Programmed cell death-1 (PD-1) variants and circulating levels of soluble PD-1 are associated with susceptibility to malignant and infectious disease. This study aimed to examine the association of PD-1.5 and PD-1.9 variants, and plasma sPD-1 levels with HBV infection and disease progression.
The study cohort consists of HBV-infected adults (n=513) stratified by clinical course, including chronic hepatitis B (CHB, n=173), liver cirrhosis (LC, n=134), hepatocellular carcinoma (HCC, n=206), and matched healthy controls (HC, n=196). The PD-1.5 (rs2227981 C/T) and PD-1.9 (rs2227982 C/T) genetic variants were genotyped by Sanger sequencing, and plasma sPD-1 levels were quantified by enzyme immunoassay.
The plasma sPD-1 levels were significantly high among HBV patients. The highest plasma sPD-1 levels were observed in CHB patients, followed by the LC and HCC groups. In addition, the plasma sPD-1 levels correlated positively with liver inflammation (aspartate transaminase, AST: rho=0.57, P<0.0001 and alanine aminotransferase, ALT: rho=0.57, P<0.0001) and were positively correlated with liver fibrosis (AST to Platelet Ratio Index, APRI score: rho=0.53, P<0.0001). The PD-1.9 TT genotype was less frequent in CHB patients compared to LC, HCC and HCC+LC patients in both codominant and recessive models (P<0.01) and was found to be a risk factor for HCC predisposition [HCC vs. non-HCC: OR=2.0 (95% CI: 1.13-3.7), P=0.017]. The PD-1.5 CT genotype was associated with a reduced risk of acquiring HCC [OR=0.6 (95%CI: 0.4-0.9), P=0.031].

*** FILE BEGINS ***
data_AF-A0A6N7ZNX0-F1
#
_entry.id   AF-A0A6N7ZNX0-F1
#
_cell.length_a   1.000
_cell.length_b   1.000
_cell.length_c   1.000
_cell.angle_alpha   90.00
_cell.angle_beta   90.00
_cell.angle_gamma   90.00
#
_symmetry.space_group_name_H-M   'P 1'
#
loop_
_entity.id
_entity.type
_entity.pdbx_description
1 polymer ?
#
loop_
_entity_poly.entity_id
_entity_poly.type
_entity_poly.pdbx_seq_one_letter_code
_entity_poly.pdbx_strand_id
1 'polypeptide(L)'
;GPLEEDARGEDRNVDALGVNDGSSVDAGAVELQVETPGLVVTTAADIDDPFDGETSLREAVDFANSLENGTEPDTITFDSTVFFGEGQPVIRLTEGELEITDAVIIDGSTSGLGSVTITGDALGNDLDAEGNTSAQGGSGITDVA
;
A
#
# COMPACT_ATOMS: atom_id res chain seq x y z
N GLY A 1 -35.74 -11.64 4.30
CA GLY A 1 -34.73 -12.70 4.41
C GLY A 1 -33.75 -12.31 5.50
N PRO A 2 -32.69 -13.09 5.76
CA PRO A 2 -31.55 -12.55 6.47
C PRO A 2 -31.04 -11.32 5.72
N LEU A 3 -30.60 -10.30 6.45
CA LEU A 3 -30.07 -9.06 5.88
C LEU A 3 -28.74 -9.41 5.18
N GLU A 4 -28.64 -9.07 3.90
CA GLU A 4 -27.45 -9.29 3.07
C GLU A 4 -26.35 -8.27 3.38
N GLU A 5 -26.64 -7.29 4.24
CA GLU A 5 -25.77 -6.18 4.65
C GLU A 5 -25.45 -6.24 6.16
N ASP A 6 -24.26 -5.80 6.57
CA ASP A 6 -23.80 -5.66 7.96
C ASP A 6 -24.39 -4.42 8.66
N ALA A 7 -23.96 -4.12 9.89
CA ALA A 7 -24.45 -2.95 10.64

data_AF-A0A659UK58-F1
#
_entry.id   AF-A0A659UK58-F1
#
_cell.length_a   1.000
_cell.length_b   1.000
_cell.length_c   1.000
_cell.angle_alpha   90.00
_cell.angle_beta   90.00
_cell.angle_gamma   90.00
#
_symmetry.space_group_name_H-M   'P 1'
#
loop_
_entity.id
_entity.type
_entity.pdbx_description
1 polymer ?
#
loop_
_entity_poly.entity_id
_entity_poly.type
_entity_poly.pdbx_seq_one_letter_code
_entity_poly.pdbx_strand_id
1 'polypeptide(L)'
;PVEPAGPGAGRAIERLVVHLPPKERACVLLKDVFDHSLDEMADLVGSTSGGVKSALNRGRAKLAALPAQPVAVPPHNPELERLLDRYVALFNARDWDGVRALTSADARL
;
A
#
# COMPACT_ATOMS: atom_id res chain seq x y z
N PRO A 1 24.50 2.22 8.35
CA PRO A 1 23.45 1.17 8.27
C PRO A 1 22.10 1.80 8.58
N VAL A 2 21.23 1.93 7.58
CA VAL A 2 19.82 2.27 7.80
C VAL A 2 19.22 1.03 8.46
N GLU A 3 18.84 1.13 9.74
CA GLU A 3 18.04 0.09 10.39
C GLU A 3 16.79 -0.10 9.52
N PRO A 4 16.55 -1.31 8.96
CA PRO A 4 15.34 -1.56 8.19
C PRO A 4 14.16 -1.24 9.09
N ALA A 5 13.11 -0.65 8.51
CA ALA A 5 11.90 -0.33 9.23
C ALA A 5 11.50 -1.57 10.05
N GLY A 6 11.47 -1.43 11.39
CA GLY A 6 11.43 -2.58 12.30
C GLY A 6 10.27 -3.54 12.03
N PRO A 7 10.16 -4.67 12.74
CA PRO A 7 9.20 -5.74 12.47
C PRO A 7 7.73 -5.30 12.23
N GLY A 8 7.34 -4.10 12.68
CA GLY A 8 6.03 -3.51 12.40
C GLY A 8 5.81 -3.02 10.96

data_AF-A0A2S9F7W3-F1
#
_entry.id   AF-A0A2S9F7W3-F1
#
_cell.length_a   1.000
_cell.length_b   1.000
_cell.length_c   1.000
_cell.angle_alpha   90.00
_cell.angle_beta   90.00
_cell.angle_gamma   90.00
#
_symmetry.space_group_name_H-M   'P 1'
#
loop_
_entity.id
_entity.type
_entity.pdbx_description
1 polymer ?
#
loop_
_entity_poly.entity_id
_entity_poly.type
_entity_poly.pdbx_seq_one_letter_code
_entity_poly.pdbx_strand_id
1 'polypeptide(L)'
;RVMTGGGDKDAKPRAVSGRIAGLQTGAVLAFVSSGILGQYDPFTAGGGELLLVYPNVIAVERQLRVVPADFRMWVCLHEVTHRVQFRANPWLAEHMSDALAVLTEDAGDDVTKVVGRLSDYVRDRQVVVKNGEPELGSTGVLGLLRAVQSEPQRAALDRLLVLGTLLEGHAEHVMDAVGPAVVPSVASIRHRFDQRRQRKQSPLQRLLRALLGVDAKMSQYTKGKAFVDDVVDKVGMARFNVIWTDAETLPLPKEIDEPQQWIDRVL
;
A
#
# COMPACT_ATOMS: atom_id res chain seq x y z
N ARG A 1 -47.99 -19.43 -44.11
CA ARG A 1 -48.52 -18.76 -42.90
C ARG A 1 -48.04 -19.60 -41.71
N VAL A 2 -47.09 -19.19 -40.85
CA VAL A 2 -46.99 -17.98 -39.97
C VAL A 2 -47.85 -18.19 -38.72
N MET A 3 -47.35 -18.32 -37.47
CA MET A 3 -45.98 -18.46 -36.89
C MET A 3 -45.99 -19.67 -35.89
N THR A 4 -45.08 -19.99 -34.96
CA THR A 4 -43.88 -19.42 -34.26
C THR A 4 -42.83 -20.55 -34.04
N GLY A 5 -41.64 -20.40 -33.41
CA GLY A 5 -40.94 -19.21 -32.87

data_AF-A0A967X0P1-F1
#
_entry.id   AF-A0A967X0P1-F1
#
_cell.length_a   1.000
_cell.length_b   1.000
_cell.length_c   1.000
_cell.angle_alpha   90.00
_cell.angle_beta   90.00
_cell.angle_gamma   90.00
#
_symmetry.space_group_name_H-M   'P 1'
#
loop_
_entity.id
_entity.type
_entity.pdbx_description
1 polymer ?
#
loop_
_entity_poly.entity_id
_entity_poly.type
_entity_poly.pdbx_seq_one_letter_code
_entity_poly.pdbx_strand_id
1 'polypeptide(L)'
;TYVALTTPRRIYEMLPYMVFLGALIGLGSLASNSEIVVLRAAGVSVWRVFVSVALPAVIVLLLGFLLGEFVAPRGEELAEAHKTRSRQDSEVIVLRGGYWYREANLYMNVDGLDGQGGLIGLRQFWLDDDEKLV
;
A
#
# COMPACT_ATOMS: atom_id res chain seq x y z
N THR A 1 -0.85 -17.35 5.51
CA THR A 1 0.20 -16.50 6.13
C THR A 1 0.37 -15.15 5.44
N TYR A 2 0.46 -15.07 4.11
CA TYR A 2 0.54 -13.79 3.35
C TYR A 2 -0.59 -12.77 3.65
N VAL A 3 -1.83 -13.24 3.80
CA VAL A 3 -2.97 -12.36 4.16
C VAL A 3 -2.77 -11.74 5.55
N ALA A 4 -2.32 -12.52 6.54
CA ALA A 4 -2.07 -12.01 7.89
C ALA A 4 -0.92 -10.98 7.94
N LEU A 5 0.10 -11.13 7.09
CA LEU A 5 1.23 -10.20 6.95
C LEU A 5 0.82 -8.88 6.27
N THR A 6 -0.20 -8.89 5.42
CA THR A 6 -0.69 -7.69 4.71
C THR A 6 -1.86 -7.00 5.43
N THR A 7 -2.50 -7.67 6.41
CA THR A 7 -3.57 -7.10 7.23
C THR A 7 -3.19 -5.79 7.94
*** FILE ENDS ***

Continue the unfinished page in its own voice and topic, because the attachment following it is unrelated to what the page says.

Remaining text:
Our study concludes that sPD-1 levels are associated with liver inflammation and progression of liver fibrosis and the PD-1.5 and PD-1.9 variants are associated with HBV infection and progression of liver disease.

Copyright © 2021. Published by Elsevier Ltd.